Palm oil, the industry group said, can generate returns of more than $3,000 per hectare, while village farming generates less than $100 per hectare. Malaysia’s plantations alone, which directly employ 580,000 people, support two million livelihoods, World Growth argues.
Oxley has aggressively sought to contradict environmentalists. He has argued that development and forestry experts have shown that two-thirds of forest clearance is driven by low-income people in poor countries searching for land, habitation and food production.
Oxley has described environmentalists as “Europe-based activists who don’t provide data that can be verified,” peddling so-called science that “cannot be substantiated or is severely exaggerated.”
The question is what happens next. As a Reuters analysis pointed out, if European buyers of palm oil get stickier about requiring Indonesian companies to observe strict environmental standards, there are roughly 2.5 billion people in India and China alone who have no qualms whatsoever about buying Indonesian and Malaysian palm oil, by far the largest staple oil in Asia. It is far cheaper to produce than either soybean or corn oil and requires virtually no fertilizer.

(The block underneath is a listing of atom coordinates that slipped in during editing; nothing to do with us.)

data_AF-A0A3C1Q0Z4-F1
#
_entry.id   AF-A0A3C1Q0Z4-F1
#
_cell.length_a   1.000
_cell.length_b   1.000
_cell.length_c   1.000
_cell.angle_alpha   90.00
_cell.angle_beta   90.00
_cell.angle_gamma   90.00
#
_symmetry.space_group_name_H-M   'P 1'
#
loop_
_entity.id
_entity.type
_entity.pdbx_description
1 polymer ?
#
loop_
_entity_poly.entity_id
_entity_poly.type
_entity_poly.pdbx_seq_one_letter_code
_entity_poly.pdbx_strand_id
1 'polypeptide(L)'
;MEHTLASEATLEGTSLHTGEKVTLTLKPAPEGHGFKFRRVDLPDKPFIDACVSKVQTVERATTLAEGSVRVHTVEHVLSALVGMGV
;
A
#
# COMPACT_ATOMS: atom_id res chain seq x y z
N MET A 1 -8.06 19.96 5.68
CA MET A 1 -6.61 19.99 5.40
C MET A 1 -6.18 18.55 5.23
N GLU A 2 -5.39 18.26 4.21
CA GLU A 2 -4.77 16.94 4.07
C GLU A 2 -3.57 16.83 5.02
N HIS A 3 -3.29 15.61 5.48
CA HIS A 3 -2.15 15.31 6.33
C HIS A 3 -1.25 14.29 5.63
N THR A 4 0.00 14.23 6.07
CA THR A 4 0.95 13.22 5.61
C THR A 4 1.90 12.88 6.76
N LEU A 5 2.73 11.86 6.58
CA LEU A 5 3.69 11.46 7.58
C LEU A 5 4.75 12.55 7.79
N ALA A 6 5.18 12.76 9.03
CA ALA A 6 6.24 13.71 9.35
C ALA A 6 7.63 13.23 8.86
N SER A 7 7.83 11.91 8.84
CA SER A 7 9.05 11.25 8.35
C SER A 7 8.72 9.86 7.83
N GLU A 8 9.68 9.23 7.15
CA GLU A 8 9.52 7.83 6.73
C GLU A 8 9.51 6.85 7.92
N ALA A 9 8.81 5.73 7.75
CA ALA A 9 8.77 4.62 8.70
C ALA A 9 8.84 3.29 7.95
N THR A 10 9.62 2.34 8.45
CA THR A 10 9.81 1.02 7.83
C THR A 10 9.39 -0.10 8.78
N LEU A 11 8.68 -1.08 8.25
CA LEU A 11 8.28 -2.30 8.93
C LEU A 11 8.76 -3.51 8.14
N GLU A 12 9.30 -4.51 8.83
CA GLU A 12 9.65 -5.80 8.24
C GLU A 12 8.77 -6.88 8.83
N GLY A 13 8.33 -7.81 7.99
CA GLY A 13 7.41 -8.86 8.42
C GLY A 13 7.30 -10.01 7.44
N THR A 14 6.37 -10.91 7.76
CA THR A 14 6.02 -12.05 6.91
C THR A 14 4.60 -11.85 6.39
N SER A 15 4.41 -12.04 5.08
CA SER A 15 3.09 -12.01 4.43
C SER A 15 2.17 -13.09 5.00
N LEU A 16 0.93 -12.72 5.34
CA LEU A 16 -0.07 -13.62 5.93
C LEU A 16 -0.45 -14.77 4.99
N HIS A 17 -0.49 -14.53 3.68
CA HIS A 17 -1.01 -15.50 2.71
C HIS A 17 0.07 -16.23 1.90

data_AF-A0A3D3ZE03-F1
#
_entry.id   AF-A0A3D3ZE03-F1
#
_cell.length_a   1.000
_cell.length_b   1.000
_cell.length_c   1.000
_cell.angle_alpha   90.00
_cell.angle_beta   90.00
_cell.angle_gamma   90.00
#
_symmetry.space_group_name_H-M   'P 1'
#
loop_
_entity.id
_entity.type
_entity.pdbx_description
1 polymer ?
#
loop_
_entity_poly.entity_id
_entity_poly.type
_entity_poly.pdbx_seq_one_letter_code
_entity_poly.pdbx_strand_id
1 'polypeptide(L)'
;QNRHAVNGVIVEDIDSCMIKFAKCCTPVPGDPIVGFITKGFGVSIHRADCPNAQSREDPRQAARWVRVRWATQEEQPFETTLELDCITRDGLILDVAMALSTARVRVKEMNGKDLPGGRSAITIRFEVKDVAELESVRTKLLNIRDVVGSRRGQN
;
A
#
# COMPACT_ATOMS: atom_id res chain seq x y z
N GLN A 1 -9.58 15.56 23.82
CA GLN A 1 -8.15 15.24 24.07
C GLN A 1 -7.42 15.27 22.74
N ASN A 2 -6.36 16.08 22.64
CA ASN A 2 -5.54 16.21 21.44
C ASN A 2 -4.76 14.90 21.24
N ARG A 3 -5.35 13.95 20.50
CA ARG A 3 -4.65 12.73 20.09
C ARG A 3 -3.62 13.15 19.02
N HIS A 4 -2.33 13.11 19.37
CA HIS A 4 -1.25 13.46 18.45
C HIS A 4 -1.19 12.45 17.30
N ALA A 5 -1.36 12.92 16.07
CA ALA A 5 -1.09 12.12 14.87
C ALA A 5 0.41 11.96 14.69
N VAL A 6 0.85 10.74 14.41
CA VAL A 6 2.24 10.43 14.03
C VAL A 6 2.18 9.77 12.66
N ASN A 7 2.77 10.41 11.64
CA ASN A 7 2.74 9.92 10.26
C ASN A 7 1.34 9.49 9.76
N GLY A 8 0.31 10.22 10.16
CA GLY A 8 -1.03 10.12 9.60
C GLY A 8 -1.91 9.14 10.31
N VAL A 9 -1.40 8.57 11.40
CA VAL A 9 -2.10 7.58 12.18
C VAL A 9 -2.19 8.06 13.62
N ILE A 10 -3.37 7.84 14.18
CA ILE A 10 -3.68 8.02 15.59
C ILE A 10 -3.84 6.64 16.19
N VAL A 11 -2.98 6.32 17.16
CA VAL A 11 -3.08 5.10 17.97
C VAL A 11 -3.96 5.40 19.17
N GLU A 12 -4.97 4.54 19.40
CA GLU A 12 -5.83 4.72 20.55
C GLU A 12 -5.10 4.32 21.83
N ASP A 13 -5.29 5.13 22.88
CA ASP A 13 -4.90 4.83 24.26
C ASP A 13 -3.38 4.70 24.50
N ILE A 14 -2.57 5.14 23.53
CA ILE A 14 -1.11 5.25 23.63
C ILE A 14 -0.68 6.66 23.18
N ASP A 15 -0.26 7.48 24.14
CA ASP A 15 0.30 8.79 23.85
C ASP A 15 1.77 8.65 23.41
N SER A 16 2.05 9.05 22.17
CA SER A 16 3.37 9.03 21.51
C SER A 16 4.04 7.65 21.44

Not only is palm oil by far the most popular cooking oil in Asia, just-auto.com, the automotive industry’s online analytical publication, says that “Rising energy consumption and environmental issues have now shifted the focus toward biofuel use, particularly in transportation. Though the biofuel industry is in its initial stages in Asia-Pacific, there is a huge potential for its development in the region.” Any downshifting of demand for palm oil in the West appears to be matched rising demand in Asia.
The global biofuels market, the publication said, is likely to grow by 1.47 percent on a compounded annual basis through 2015.
One thing is certain. The credibility of the Roundtable on Sustainable Palm Oil has been severely damaged, perhaps fatally, and the credibility of the Malaysian and Indonesian governments regarding protection of their tropical rainforests is equally at risk.